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New York Post


Why Labor Could Afford To Slap The Gov

September 28, 2011

By E. J. McMahon

Gov. Cuomo’s operations chief yesterday was quick to blast the leadership of the Public Employees Federation for “failing to effectively communicate the benefits” of a tentative contract deal that PEF members voted overwhelmingly to reject.

But if Cuomo wants to know the real reason why so many PEF members were willing to snub their noses at this deal, he might look toward the onetime engineering marvel that spans the churning confluence of the Harlem River, Bronx Kill and Hell Gate.

In July, Cuomo and PEF leaders reached a tentative five-year contract that offered a modified no-layoff pledge in exchange for some significant concessions, especially on the sharing of health-insurance costs. But thanks to a nearly 30-year-old state law known as the Triborough Amendment, the vast majority of PEF members knew they could avoid making any financial sacrifice simply by voting “no.”

Triborough, historically rooted in a contract dispute involving toll collectors at what is now known as the Robert F. Kennedy Bridge, ensures that provisions of a public-sector union contract remain in effect even after the contract expires. As local government officials have been pointing out for years, this puts management -- meaning, ultimately, taxpayers -- at a distinct disadvantage when trying to bargain for lower costs.

Cuomo had won PEF’s tentative agreement to a three-year freeze in base salary and five payless “furlough” days this year -- essentially, a temporary pay cut. Union members would have to take off another four payless furlough days in 2012, for which they’d be reimbursed the next year.

They’d get 2 percent salary increases in years four and five, but they’d also pay for a larger share of their health premiums. As one union member told a labor publication last month, “We have the Triborough Amendment -- why do this to yourself?”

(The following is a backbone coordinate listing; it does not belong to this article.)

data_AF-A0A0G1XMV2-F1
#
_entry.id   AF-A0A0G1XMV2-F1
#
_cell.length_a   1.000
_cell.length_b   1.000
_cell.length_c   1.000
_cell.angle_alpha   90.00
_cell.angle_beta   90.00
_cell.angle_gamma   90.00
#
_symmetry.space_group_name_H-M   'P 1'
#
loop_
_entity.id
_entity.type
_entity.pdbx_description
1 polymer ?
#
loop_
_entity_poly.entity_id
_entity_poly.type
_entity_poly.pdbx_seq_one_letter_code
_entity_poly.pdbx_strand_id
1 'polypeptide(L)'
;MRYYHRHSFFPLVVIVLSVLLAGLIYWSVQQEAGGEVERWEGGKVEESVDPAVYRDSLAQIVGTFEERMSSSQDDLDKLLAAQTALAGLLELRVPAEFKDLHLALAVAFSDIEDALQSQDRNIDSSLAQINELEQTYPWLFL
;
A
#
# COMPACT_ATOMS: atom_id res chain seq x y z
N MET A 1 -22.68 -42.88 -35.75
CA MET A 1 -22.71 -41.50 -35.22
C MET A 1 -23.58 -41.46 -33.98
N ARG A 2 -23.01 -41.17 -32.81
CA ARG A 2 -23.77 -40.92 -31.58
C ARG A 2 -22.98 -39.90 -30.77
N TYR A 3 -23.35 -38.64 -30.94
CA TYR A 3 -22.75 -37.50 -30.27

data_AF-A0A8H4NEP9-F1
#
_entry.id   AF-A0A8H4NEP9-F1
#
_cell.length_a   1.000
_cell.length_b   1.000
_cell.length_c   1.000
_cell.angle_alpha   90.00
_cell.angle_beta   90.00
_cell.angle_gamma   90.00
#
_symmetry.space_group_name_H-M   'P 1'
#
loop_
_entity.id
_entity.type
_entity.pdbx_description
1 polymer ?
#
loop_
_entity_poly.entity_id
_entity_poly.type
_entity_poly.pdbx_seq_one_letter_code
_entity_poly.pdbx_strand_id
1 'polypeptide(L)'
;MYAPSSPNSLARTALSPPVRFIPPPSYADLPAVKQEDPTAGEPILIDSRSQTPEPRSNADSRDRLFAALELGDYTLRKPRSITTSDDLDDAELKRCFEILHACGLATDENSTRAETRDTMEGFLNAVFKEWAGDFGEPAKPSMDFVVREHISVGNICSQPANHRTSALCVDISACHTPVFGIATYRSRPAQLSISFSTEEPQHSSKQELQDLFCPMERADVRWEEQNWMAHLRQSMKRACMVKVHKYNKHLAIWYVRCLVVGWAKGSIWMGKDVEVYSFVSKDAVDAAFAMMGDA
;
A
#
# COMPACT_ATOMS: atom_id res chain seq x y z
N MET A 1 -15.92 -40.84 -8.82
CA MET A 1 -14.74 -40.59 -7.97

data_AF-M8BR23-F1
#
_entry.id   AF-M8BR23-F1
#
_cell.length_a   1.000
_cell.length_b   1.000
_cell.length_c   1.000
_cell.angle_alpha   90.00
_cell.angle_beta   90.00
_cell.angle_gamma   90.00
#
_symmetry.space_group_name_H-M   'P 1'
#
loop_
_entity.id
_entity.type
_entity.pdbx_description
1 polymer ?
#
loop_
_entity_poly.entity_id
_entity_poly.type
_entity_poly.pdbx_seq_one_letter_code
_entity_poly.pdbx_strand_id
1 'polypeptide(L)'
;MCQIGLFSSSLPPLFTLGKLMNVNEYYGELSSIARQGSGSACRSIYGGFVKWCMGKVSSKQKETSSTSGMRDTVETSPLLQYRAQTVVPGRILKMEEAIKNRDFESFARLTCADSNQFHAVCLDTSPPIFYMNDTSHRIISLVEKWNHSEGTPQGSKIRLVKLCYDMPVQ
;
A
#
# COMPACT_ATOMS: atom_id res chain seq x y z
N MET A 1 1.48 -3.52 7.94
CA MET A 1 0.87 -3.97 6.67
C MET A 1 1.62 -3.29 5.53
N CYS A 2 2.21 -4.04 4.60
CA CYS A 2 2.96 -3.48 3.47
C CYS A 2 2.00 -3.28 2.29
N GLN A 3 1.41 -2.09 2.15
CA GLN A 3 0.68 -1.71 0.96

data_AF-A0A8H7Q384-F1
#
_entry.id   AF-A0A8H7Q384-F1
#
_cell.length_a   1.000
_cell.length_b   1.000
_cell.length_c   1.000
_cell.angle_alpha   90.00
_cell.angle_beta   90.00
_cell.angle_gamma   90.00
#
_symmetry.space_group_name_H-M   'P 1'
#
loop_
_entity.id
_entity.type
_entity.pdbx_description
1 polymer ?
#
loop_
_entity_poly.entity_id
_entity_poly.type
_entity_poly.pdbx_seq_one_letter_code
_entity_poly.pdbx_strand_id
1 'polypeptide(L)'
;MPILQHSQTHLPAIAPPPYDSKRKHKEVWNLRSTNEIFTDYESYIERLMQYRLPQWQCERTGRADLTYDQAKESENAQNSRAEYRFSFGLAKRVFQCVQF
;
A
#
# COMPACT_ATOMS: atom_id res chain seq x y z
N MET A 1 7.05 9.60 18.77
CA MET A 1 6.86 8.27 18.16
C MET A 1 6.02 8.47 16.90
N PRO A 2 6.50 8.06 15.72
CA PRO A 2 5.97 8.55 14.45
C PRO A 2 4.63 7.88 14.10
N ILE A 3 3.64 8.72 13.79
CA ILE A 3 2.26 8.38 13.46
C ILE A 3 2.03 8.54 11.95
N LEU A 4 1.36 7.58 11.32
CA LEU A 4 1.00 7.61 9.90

Why, indeed? Yes, up to 3,500 PEF members will now be laid off. But more than 90 percent of the union membership will keep their jobs while avoiding payless furloughs and higher insurance premiums. What’s more, thanks to Triborough, many workers will also continue pocketing the annual longevity “step” increments mandated by the civil-service-salary schedule -- just as they would have done if the squishy “freeze” in base salaries had been ratified.

Cuomo had reason to hope for a better outcome. After all, members of the state’s largest union, the Civil Service Employees Association, ratified an almost identical deal last month, thus making it unnecessary for him to lay off CSEA workers.

The different results probably reflect, in part, the distinctly differing circumstances of the two employees groups. CSEA represents the state’s lower-paid blue-collar and office-support workers -- drivers, janitors, secretaries, mental-health attendants and the like, who tend to live closer to the economic margins. PEF bargains for the government’s better-paid professionals, including lawyers, tax auditors, parole officers and research scientists.

Because both contracts would increase health-insurance premiums on a sliding scale, with higher hikes for better-paid workers, PEF members as a group stood to pay more. Except ... Triborough made that unnecessary.

Cuomo is now left with no choice but to commence layoffs, never an optimal solution -- and one that will not, in any case, yield the same lasting health-insurance savings as the rejected contract.

The state’s county executives, mayors and school officials may be tempted to see poetic justice in the governor’s first significant labor setback. After all, the main reason the Triborough Amendment hasn’t been challenged in Albany -- even though it tops most municipal and school-district mandate-relief agendas -- is because Cuomo has been unwilling to go near it.

Perhaps now he’ll rethink his position.

Original Source:



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